“Is she not talking?”
“Can we talk?”
“Whoa, this is going to be really cool!”
These were the reactions of my sophomores when they realized I was participating in the Day of Silence today. Yes, that means I taught for an entire day without speaking. No, I didn’t show any movies. And it’s not a game of charades. I’ve done this about 6-8 times before, so I know a lot of people are curious about it.
I think the most common question from non-teachers is “don’t you have to yell?” which I think is funny (or maybe a little sad) because I rarely yell even on a normal day when I am using my voice. So I’d like to talk about how I do it and what I get from it, for teachers who are curious, and for non-teachers, too.
But first, a bit of background
The Day of Silence is a high school thing generally organized by a Gay-Straight Alliance club. (Due to the school calendar, ours is usually a day earlier than other schools’). Different clubs use different acronyms, and if you’re curious about all of the letters in something like GLBTQIA+, there’s more info here. The basic idea is that people who identify as non-straight or not cisgender can often feel silenced, or like they can’t easily talk about typical high school topics like who they have a crush on. So volunteering to be silent for a day raises awareness of this issue.
And it’s an important issue to me. Although I am cisgender and straight, I’ve felt different often enough to know how painful it can be, and I’d like my students to know that I support all of them and believe that all of them have a right to share their stories and experiences without judgement.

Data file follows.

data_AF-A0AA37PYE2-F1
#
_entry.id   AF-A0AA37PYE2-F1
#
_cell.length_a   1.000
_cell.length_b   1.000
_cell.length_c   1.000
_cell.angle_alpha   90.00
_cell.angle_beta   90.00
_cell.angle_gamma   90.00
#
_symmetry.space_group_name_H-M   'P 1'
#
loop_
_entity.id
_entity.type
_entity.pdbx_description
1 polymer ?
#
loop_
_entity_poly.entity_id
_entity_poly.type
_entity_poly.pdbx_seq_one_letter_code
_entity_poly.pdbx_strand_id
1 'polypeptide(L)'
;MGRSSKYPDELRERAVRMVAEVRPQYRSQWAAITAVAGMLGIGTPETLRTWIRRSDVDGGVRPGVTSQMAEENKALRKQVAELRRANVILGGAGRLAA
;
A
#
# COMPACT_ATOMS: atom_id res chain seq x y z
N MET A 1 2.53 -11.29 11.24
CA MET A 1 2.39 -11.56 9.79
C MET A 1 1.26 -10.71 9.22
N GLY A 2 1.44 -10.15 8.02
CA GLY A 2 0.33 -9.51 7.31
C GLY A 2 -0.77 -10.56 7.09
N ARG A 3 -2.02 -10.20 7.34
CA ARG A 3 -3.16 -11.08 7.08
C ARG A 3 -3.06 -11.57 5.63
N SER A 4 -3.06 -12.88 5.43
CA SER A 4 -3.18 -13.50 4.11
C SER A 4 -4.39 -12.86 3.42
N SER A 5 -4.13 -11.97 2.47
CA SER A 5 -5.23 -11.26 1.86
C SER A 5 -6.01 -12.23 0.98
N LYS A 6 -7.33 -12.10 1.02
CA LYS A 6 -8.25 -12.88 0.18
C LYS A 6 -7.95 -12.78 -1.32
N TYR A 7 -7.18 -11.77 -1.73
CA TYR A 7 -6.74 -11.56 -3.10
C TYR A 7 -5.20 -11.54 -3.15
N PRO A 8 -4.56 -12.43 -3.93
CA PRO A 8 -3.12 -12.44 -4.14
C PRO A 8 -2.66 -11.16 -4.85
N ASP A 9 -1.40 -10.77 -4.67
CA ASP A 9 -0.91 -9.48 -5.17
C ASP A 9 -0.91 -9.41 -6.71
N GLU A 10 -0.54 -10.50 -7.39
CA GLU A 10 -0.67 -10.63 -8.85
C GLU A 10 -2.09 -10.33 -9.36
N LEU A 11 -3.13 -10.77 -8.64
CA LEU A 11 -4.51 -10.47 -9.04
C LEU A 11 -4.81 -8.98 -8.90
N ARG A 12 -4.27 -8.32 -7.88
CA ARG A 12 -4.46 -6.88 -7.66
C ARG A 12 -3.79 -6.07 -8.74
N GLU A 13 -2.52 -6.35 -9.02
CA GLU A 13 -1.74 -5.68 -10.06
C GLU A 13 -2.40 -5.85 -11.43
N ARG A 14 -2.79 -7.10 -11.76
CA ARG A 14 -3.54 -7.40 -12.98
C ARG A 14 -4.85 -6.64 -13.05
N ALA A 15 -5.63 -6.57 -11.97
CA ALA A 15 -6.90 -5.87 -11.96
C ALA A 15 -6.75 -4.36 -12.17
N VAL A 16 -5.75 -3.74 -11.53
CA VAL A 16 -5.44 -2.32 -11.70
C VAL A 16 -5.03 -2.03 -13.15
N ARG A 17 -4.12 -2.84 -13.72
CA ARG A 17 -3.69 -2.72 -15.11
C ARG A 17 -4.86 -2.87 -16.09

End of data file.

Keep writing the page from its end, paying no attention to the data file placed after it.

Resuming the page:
I also like that the action of the Day of Silence is actually related to the purpose. My seniors have done action projects (AKA service learning) for around 10 years, so I’ve thought a lot about activism and awareness and action in high schools. Personally, I’m not a big fan of buying a t-shirt and wearing it on a certain day, which seems to be the most common action. I cringe at the thought of all of those worn once t-shirts. I’m also skeptical that wearing a t-shirt involves much thought or brings about a lot of change.
The Day of Silence does involve a t-shirt, but its purpose is to help others know why you’re not responding when they talk to you. It’s super helpful because there are some awkward moments when people start conversations and my only response is a nod or shrug. But I still wear the original t-shirt I bought in 2003 or so. Reusing t-shirts (I do this with other yearly fundraisers) seems to confuse some kids who are deeply ingrained in the t-shirt model of fundraising. They’ve accused me of keeping money from the organization by not buying a new t-shirt every year. So I explain that by donating the same amount of money but not taking a t-shirt (which has production costs), I’m actually giving more money. An important lesson in the economics of fundraisers.
Now that we’ve set the stage, on to what you’re probably curious about.
How the hell do you teach without talking?
Having an established class structure and procedures is absolutely key. I couldn’t do this in September or October. But having spent the fall reinforcing classroom procedures and a culture of respectful listening and turn-taking, I can usually reap those benefits in the spring. So for example, every day in my sophomore class, someone takes notes in a digital log on what we did that day. This procedure is so well-ingrained in them that if I walk up to a kid before class starts on the Day of Silence and point to my laptop with the log open, they get it.
My sophomores are also very used to working with a seat partner for think-pair-share type activities. I also usually establish small groups for each longer text that we read. Since I teach 90 minute block classes, having those two different groupings to fall back on allows me quick and easy ways to build in movement and collaboration without spending a lot of time in transition figuring out who’s working with whom.